Person:
Rodríguez Vázquez, José Francisco

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First Name
José Francisco
Last Name
Rodríguez Vázquez
Affiliation
Universidad Complutense de Madrid
Faculty / Institute
Medicina
Department
Anatomía y Embriología
Area
Anatomía y Embriología Humana
Identifiers
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Now showing 1 - 6 of 6
  • Publication
    Origin of the torus mandibularis: an embryological hypothesis
    (Wiley, 2013-11) Rodríguez Vázquez, José Francisco; Sakiyama, Koji; Verdugo López, Samuel; Amano, Osamu; Murakami, Gen; Abe, Shinichi
    Torus mandibularis, a well-known protuberance in the dental field, has been defined as a hyperostosis in the lingual aspect of the body of the mandible above the mylohyoid line. However, the origin of the torus mandibularis has not yet been clarified. The aim of this study was to provide a better understanding on the origin of the torus in view of the specific development of Meckel's cartilage at the site corresponding to the adult torus. A total of 40 mid-term human fetuses at 7-16 weeks of gestation were examined. The 10-13 weeks stage corresponded to the critical period in which Meckel's cartilage with endochondral ossification underwent a bending at the beginning of the intramandibular course. At the level of mental foramen, which was located between the deciduous canine and the first deciduous molar germs, the medial lamina of the mandible protruded medially to reach Meckel's cartilage. Thus, the medial lamina covered the posterior and superior aspect of the bending Meckel's cartilage just above the attachment of the developing mylohyoid muscle (i.e., in the oral cavity). We considered a bony prominence, which composed the protruding medial lamina and the bending Meckel's cartilage as the fetal origin of the torus mandibularis. A new theory is proposed for the origin of the torus mandibularis based on the existence of an anlage formed during the development of the mandible, variable in morphology and size, but always constant.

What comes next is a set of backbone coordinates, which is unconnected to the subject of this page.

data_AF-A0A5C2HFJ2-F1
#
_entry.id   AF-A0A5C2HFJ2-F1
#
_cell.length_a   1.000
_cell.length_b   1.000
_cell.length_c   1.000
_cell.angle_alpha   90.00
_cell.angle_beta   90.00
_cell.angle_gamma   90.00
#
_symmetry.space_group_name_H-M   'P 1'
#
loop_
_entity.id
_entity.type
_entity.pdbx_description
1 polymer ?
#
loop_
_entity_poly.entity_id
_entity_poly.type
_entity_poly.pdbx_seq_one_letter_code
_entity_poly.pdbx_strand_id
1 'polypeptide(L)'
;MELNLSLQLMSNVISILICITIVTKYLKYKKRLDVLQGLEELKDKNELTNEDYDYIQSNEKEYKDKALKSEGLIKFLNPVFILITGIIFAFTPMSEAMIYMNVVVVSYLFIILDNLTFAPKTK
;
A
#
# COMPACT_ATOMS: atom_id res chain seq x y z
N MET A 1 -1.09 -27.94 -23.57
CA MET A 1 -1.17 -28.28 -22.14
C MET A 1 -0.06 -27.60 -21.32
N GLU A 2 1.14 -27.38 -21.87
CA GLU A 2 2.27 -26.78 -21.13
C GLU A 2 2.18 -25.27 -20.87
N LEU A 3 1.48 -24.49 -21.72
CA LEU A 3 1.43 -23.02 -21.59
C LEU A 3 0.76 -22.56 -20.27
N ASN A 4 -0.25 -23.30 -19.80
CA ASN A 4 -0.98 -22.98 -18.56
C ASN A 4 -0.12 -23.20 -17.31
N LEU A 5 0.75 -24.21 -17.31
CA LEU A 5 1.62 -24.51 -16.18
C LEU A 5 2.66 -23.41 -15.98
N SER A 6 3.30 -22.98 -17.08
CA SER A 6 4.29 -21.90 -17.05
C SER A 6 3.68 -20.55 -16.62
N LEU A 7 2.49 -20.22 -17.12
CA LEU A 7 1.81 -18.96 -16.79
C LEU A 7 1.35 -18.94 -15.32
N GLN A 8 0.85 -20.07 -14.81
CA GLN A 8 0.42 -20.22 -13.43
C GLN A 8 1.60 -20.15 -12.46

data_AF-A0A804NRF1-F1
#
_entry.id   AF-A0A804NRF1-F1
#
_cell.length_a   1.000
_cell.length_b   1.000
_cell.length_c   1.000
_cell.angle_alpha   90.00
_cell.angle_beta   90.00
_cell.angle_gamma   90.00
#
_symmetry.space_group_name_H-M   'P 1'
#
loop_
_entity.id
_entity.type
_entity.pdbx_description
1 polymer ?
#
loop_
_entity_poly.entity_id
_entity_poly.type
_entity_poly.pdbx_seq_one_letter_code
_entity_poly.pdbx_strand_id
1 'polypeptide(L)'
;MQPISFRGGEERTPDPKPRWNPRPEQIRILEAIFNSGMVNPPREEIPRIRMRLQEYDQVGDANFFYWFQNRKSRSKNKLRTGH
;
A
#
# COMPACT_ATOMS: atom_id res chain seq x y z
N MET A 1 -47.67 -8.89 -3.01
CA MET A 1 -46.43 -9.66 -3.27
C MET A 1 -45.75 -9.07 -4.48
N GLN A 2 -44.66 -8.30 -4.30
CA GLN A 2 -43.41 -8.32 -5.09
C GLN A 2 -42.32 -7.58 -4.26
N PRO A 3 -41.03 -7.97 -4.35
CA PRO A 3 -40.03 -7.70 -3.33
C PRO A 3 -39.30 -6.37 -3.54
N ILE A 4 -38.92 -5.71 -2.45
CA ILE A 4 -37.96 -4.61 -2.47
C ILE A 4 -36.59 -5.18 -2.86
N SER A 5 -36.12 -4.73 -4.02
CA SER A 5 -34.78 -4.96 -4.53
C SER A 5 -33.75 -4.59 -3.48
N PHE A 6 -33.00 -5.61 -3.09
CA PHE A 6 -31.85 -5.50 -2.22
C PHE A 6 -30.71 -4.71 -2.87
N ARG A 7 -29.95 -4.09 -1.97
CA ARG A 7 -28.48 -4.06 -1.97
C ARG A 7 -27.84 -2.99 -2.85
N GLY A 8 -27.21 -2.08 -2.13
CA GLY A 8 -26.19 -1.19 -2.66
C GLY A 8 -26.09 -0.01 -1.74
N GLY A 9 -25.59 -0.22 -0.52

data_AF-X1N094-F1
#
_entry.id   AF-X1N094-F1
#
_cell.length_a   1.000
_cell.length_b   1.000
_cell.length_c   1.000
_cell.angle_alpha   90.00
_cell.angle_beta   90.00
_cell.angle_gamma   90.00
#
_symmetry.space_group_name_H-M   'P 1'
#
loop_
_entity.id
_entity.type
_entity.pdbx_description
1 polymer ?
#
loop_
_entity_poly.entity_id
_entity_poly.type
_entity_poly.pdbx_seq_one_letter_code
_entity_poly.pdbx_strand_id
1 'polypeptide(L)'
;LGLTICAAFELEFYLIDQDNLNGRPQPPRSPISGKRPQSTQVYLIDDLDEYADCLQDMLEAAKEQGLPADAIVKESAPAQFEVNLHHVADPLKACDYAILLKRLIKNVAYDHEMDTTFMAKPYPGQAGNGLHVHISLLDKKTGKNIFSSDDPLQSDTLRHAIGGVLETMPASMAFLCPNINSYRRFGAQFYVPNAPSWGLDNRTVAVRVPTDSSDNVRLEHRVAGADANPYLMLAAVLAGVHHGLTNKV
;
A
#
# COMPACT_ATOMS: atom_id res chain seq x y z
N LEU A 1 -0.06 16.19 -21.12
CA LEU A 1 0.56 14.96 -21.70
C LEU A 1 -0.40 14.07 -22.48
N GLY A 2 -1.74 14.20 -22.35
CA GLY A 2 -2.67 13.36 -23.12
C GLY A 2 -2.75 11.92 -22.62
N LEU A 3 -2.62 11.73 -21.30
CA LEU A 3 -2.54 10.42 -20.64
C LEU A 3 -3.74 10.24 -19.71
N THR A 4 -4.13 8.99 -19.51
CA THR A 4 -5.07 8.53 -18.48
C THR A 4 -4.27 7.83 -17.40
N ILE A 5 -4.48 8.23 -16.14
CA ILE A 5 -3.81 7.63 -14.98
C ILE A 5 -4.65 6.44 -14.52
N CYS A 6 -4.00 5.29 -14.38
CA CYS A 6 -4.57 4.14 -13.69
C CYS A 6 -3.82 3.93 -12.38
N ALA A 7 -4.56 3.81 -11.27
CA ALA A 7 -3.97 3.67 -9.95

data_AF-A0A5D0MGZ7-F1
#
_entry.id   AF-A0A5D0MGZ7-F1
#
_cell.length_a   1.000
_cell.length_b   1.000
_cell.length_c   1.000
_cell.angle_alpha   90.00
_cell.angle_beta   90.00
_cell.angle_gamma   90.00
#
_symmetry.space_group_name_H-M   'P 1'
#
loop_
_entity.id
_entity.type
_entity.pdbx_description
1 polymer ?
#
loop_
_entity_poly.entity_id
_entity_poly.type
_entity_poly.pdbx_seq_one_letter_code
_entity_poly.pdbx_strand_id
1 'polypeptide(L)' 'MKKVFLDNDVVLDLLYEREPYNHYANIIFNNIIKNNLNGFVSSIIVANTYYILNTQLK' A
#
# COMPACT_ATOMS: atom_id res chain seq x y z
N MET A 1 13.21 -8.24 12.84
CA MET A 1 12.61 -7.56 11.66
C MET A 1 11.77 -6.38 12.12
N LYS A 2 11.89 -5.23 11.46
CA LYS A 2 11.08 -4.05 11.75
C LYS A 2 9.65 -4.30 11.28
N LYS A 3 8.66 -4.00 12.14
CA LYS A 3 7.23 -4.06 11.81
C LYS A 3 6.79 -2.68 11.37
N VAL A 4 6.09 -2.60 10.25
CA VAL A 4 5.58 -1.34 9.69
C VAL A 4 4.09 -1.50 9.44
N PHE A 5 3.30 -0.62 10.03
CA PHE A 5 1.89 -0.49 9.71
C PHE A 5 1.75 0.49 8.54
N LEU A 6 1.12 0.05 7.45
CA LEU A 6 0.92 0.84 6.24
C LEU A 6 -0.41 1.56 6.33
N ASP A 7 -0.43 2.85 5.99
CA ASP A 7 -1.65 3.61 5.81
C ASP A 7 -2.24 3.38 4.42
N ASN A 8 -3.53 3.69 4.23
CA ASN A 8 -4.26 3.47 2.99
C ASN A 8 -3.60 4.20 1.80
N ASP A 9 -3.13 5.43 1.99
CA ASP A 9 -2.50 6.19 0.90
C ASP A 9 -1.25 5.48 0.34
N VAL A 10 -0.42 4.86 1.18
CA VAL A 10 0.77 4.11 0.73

• Publication
    Development of the stapedius muscle and unilateral agenesia of the tendon of the stapedius muscle in a human fetus
    (Wiley, 2010-01) Rodríguez Vázquez, José Francisco; Mérida Velasco, José Ramón; Verdugo López, Samuel
    The objective was to analyze the development of the stapedius muscle to understand an isolated unilateral absence of the tendon of the stapedius muscle in a human fetus. The study was made on 50 human embryos and fetuses aged 38 days to 17 weeks post-conception. The stapedius muscle was formed by two anlagen, one for the tendon, which derives from the internal segment of the interhyale and another for the belly, located in the second pharyngeal arch, medially to the facial nerve and near the interhyale. In the interhyale, two segments were observed forming an angle and delimited by the attachment of the belly of the stapedius muscle. The internal segment will form the tendon. The lateral segment of the interhyale was attached to the cranial end of the Reichert's cartilage (laterohyale), and normally it disappears at the beginning of the fetal period. The right unilateral agenesia of the tendon of the stapedius muscle, observed for the first time in a human fetus of 14 weeks post-conception development (PCd), was brought about by the lack of formation or the regression of the internal segment of the interhyale. It presented a belly of the stapedius muscle with an anomalous arrangement, and with a pseudo tendon originated by the persistence of the external segment of the interhyale.